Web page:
Following the presentation by the Pine Street staff. Two current residents of a similar Pine Street group home spoke. Their stories were powerful, compelling and personal. They told the story of how four walls and a roof transformed their entire existence. They talked about what they do, how they live in their home and in their community. They presented real faces, personalities, and stories of what sort of people these new residents would be.
Next up was a neighbor who lives next door to a Pine St group home in Jamaica Plain. He’s a professional guy who works at home and so he sees what goes on all day long right out his window. He’s lived next door for years. His neighbors are pleasant, friendly and have never caused any problems since they arrived years ago. The neighborhood has lower crime than the surrounding areas of Jamaica Plain.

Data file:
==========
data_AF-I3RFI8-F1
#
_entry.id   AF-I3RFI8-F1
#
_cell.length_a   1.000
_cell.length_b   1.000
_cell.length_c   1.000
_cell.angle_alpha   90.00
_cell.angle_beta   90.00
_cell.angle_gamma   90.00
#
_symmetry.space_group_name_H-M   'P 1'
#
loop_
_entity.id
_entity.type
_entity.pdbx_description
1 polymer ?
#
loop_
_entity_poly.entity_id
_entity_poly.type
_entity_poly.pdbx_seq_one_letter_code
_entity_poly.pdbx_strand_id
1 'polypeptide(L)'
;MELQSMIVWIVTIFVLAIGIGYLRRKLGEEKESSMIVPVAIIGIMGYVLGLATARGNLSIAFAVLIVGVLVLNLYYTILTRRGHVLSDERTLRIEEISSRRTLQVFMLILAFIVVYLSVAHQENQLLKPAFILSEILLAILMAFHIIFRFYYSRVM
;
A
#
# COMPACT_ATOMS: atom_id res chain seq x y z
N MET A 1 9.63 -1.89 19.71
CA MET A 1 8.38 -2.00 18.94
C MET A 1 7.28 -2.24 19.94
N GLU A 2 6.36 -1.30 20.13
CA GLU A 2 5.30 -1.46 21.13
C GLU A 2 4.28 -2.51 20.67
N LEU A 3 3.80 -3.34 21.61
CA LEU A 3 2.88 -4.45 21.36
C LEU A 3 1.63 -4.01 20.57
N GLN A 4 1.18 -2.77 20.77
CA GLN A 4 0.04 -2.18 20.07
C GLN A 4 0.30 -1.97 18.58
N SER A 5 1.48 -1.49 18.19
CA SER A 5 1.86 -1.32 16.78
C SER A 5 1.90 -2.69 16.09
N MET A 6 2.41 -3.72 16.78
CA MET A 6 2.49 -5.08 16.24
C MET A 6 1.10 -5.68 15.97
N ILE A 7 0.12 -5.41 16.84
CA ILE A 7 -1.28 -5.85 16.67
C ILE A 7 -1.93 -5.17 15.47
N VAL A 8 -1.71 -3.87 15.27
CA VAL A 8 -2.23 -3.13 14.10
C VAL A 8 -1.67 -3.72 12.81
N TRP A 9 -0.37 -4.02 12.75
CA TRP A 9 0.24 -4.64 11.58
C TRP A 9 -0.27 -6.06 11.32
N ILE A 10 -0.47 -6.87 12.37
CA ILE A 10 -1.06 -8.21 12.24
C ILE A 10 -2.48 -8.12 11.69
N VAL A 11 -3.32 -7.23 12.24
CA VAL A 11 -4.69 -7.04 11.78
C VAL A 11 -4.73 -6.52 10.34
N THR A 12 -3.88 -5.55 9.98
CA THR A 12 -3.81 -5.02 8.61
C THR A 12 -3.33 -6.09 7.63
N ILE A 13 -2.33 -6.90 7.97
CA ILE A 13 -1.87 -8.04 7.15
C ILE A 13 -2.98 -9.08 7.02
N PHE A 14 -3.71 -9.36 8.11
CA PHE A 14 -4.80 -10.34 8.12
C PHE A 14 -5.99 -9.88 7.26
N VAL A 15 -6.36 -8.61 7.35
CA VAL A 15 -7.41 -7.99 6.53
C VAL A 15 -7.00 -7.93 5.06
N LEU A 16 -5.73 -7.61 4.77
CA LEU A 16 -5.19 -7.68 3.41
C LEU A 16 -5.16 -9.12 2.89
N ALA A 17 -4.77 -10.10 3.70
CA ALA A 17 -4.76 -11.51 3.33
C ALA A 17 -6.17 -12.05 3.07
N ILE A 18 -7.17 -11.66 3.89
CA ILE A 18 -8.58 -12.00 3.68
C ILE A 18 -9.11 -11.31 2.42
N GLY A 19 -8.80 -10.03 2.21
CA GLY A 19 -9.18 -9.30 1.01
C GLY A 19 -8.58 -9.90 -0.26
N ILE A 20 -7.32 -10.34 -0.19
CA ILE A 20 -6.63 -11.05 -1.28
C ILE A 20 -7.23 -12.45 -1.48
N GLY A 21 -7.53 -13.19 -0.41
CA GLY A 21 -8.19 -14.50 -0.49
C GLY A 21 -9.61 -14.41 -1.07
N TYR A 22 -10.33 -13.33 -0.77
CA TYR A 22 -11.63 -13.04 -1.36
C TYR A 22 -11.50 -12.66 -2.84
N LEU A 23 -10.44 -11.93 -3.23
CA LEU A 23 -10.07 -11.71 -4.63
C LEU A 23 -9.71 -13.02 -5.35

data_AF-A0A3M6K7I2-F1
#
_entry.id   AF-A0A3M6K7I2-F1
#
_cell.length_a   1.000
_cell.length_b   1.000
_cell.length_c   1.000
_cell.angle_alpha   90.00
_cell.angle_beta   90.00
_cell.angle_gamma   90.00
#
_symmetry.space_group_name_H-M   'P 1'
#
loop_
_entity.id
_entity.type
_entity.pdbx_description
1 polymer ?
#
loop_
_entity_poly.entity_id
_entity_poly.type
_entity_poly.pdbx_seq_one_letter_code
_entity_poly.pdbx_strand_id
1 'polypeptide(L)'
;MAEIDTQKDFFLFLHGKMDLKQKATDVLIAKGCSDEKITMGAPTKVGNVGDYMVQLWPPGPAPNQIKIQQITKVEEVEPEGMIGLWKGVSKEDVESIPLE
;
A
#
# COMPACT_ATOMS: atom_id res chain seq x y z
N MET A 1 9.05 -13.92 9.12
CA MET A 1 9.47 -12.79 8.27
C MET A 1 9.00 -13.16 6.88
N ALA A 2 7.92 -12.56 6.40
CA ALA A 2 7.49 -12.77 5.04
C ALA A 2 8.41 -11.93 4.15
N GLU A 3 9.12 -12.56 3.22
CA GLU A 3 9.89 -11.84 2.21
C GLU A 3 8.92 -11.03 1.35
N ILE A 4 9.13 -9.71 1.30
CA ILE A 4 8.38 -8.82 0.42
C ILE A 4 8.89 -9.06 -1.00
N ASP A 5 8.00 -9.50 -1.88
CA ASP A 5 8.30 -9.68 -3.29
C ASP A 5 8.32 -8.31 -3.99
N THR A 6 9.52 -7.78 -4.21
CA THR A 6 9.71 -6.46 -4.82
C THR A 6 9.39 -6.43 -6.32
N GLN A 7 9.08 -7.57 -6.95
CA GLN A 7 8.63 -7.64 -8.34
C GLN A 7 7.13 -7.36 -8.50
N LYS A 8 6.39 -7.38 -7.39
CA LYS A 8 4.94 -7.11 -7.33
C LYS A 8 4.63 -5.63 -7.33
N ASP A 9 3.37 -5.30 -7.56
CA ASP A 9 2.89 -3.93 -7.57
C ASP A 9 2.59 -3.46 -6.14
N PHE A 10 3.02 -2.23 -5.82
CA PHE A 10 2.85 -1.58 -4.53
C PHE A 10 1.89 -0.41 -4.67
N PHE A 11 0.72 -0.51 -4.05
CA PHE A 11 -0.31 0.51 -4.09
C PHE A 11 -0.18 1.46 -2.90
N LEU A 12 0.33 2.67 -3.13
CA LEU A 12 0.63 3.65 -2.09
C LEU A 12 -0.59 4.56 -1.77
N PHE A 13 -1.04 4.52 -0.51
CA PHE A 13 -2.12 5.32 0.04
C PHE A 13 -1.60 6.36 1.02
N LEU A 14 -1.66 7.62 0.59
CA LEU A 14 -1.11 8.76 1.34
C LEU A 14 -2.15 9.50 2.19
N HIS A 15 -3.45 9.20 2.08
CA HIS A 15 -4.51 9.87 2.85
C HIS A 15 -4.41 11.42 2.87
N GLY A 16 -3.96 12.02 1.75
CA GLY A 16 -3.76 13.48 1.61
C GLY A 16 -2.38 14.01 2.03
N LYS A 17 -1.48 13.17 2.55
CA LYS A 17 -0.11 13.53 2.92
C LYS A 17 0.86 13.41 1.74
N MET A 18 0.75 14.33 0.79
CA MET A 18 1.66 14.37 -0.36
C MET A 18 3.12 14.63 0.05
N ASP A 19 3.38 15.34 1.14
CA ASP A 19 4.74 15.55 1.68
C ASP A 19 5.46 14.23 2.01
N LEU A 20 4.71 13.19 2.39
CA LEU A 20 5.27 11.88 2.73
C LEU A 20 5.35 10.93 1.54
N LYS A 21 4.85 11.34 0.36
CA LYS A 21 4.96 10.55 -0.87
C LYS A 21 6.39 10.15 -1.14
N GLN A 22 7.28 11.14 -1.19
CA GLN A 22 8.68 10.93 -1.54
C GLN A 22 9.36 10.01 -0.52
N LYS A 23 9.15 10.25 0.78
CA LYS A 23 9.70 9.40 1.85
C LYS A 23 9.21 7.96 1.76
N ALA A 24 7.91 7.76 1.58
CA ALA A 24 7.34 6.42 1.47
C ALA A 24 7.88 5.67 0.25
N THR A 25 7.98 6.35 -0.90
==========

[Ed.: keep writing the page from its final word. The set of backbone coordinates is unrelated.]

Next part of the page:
Next up, questions submitted on cards by the audience were read and answered (I only have a few notes)
* “Would Newton residents be given priority?” – They said they would be willing to set aside 1/2 the spots for Newton residents.
* “Could agreements made now (i.e. no level 1 sex offenders) be revoked in the future?” They said that on many of the houses they have built over the years they have entered into specific terms and agreements with the surrounding neighborhood. Never since they started in 1984 have they reneged on any of those agreements.
Finally, a teenage student from Waban closed the evening with an impassioned call to action. She said that she believes fervently that Waban can and is and should be the kind of place that can welcome these residents. She called on everyone in attendance to make it happen – to write to the mayor, write to the Tab, talk to other people and try to turn this decision around before Oct 3. So that’s what I’m trying to do.